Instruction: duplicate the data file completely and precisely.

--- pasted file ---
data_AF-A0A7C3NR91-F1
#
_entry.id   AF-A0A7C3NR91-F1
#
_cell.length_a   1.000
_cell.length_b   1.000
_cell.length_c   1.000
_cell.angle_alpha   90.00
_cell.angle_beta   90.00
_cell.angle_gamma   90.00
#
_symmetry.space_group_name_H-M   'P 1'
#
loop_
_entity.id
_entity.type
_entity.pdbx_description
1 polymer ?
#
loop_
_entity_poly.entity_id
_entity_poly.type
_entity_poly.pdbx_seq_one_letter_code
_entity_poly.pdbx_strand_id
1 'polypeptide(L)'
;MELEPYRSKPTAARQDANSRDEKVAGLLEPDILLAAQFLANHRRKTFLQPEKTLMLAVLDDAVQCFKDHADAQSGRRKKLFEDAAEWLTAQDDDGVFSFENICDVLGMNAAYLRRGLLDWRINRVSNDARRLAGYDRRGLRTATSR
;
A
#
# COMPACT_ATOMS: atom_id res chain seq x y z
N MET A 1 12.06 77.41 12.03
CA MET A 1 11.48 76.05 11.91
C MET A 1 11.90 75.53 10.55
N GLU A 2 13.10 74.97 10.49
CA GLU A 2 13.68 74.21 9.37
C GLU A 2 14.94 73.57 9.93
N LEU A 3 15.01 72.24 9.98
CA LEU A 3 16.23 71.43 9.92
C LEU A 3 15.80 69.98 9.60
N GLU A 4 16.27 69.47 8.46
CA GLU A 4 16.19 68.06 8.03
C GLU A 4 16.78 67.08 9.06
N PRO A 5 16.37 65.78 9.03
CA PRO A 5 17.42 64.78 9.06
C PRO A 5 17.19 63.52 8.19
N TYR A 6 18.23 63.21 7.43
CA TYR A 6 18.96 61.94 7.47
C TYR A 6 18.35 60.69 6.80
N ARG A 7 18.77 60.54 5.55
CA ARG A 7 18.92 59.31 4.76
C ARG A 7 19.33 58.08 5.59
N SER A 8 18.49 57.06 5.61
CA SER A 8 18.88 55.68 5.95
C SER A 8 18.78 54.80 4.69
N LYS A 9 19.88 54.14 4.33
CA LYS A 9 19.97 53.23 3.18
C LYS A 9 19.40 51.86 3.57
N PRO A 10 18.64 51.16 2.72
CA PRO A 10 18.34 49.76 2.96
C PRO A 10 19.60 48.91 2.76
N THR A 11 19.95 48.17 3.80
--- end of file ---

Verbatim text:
data_AF-A0A7C3NR91-F1
#
_entry.id   AF-A0A7C3NR91-F1
#
_cell.length_a   1.000
_cell.length_b   1.000
_cell.length_c   1.000
_cell.angle_alpha   90.00
_cell.angle_beta   90.00
_cell.angle_gamma   90.00
#
_symmetry.space_group_name_H-M   'P 1'
#
loop_
_entity.id
_entity.type
_entity.pdbx_description
1 polymer ?
#
loop_
_entity_poly.entity_id
_entity_poly.type
_entity_poly.pdbx_seq_one_letter_code
_entity_poly.pdbx_strand_id
1 'polypeptide(L)'
;MELEPYRSKPTAARQDANSRDEKVAGLLEPDILLAAQFLANHRRKTFLQPEKTLMLAVLDDAVQCFKDHADAQSGRRKKLFEDAAEWLTAQDDDGVFSFENICDVLGMNAAYLRRGLLDWRINRVSNDARRLAGYDRRGLRTATSR
;
A
#
# COMPACT_ATOMS: atom_id res chain seq x y z
N MET A 1 12.06 77.41 12.03
CA MET A 1 11.48 76.05 11.91
C MET A 1 11.90 75.53 10.55
N GLU A 2 13.10 74.97 10.49
CA GLU A 2 13.68 74.21 9.37
C GLU A 2 14.94 73.57 9.93
N LEU A 3 15.01 72.24 9.98
CA LEU A 3 16.23 71.43 9.92
C LEU A 3 15.80 69.98 9.60
N GLU A 4 16.27 69.47 8.46
CA GLU A 4 16.19 68.06 8.03
C GLU A 4 16.78 67.08 9.06
N PRO A 5 16.37 65.78 9.03
CA PRO A 5 17.42 64.78 9.06
C PRO A 5 17.19 63.52 8.19
N TYR A 6 18.23 63.21 7.43
CA TYR A 6 18.96 61.94 7.47
C TYR A 6 18.35 60.69 6.80
N ARG A 7 18.77 60.54 5.55
CA ARG A 7 18.92 59.31 4.76
C ARG A 7 19.33 58.08 5.59
N SER A 8 18.49 57.06 5.61
CA SER A 8 18.88 55.68 5.95
C SER A 8 18.78 54.80 4.69
N LYS A 9 19.88 54.14 4.33
CA LYS A 9 19.97 53.23 3.18
C LYS A 9 19.40 51.86 3.57
N PRO A 10 18.64 51.16 2.72
CA PRO A 10 18.34 49.76 2.96
C PRO A 10 19.60 48.91 2.76
N THR A 11 19.95 48.17 3.80